The Illinois Workers’ Compensation Commission passed the emergency rule last week after it was requested by Gov. J.B. Pritzker. The amendment requires the employers of first responders and other essential employees to pay workers’ compensation benefits to workers who test positive for COVID-19, assuming the worker contracted the virus on the job.
“It will be rebuttably presumed that the individual’s exposure arises out of and in the course of and rebuttably presumed to be causally connected to their employment,” the emergency rule states.
The rule covers first responders, healthcare providers, and correction officers. It will also apply to essential workers in grocery stores, hardware stores, gas stations, banks, and others, but not media.
On Wednesday, a coalition of business groups including the Illinois Manufacturers Association and the Illinois Retail Merchants Association filed the lawsuit in Sangamon County Circuit Court challenging the emergency amendment, saying the commission has exceeded its authority.
“This case is about the Commission far exceeding its rulemaking authority,” the group said in a statement. “The substantive law of Illinois, and the wisdom of implementing it, is for the legislature, after proper discourse, and not the whim of the Commission.”
State law requires an agency to give 45 days’ notice of rule changes to the public. The commission bypassed the red tape by saying the pandemic brings “extreme” urgency and going through the normal channels would cause “irreparable and irreversible harm to the public interest, public safety, and public welfare.”
The suit claims businesses are already stretched thin trying to make ends meet as they wait for aid from the state and federal government to make payroll and retain their employees. They will now be forced to pay for additional medical and wage costs regardless of whether a worker’s illness was contracted in the workplace.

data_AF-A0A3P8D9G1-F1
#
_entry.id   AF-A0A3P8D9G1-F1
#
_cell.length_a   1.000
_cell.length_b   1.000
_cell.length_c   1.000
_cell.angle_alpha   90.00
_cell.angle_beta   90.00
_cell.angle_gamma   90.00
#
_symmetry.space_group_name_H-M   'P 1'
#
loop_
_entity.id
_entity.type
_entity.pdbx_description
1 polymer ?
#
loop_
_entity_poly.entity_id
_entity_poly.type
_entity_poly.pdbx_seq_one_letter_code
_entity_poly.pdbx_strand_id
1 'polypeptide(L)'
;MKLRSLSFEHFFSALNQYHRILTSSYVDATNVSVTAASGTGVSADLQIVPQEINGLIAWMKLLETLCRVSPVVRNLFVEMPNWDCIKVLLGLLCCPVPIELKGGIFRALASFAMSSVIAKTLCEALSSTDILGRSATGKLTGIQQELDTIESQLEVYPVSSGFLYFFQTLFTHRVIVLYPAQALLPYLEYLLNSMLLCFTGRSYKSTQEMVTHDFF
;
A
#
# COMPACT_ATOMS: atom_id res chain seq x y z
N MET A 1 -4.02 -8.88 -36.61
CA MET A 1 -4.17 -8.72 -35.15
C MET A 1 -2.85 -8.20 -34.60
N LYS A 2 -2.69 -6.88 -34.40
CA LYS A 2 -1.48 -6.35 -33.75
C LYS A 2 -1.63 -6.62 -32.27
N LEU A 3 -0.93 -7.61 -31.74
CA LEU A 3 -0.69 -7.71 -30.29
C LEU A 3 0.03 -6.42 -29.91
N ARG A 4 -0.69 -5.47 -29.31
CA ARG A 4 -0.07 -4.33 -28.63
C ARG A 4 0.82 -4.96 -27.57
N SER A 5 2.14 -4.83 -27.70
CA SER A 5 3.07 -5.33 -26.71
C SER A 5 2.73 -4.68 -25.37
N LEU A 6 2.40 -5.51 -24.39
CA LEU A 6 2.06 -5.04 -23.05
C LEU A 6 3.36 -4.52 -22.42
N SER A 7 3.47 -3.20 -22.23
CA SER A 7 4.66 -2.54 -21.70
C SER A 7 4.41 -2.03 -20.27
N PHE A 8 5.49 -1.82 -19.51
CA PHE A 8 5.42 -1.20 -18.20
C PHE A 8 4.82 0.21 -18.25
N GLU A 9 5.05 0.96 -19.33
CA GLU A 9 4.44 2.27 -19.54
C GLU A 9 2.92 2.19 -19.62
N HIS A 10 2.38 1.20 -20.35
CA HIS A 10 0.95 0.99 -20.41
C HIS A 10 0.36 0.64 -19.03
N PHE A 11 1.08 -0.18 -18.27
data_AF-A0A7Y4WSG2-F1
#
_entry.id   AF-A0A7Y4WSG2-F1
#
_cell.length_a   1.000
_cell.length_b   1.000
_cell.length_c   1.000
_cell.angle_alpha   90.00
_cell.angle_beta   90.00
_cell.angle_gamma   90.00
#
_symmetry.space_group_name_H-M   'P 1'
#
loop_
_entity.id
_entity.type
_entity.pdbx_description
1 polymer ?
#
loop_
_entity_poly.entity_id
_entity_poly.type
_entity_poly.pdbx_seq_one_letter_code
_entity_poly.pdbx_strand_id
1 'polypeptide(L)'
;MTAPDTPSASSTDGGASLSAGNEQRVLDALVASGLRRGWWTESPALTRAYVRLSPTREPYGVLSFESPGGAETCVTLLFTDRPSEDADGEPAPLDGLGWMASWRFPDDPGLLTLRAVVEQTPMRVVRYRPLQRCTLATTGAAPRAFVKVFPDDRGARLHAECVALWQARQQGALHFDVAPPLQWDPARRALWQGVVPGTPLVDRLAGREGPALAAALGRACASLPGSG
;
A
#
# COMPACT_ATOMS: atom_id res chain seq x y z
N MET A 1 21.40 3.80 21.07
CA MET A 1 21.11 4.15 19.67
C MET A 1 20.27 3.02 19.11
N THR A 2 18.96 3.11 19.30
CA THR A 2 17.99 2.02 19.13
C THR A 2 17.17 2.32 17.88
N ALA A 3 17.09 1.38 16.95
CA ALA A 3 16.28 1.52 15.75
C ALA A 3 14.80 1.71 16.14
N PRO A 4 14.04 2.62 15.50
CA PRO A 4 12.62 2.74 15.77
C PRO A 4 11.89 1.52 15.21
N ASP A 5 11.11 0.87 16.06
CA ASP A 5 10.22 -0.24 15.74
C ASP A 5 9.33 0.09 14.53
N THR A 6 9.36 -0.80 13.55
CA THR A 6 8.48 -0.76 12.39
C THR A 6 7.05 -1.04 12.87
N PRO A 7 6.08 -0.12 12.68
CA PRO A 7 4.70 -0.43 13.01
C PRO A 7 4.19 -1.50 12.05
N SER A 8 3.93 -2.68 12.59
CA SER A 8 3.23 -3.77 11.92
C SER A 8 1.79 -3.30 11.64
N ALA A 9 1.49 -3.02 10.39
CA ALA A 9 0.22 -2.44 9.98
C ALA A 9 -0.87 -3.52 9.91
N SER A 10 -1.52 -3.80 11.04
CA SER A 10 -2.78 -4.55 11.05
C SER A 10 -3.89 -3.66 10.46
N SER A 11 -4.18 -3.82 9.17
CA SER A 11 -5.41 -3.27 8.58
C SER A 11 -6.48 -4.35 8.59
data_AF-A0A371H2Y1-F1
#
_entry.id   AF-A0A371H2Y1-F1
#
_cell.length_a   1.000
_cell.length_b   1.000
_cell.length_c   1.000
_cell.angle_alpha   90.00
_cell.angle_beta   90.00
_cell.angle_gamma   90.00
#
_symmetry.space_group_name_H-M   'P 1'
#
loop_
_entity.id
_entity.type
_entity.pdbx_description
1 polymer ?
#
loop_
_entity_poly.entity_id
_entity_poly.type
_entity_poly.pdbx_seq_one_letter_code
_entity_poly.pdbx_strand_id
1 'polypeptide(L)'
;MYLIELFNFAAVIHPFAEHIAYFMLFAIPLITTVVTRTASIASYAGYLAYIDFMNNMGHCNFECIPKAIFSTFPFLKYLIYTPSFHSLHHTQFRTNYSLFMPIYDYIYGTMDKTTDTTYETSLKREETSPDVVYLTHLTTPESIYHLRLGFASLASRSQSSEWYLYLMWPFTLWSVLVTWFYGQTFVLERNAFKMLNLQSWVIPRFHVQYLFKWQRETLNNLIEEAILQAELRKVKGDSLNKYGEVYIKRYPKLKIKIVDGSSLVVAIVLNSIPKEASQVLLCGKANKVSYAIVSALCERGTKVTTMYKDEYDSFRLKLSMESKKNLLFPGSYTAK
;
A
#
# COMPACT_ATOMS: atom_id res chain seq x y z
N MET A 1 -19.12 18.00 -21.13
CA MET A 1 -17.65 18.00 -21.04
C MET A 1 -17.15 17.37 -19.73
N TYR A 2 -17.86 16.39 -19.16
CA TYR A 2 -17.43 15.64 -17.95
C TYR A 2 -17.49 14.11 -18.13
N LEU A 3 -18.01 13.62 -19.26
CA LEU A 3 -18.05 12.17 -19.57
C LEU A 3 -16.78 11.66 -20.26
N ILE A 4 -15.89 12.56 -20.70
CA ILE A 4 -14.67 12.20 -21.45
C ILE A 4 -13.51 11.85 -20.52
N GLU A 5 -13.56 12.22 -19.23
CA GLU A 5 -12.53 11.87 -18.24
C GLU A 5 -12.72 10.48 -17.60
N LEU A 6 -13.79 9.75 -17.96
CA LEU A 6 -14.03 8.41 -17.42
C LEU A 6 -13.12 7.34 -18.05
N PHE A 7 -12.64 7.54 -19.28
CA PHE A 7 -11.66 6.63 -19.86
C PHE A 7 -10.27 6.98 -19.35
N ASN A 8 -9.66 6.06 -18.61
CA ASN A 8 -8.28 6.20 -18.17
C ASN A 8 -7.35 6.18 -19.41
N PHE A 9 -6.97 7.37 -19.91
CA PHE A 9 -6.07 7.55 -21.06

Illinois isn’t the only state to pass emergency amendments to workers’ compensation rules. Legislatures nationwide are enacting statutes declaring employers must pay workers’ compensation benefits to essential and front-line employees who contract the virus at work.
Florida, for example, recently passed a directive ordering the Division of Risk Management to fulfill claims made by state employees who contract COVID-19 due to work-related exposure.
“If we’re going to ask our public servants to fight this pandemic on our behalf, they have to know we’ve got their backs if they get sick,” Florida Chief Financial Officer Jimmy Patronis said in a statement.
The public servants named in the directive include law enforcement officers, paramedics, emergency medical technicians, firefighters, correctional officers, members of the national guard, child safety investigators, and healthcare workers who directly interact with those infected with COVID-19.
Unlike Illinois, Florida’s essential workers in the private sector—grocery store workers, delivery drivers, warehouse workers—are not covered by the directive. Whether that will change in the coming months remains to be seen.
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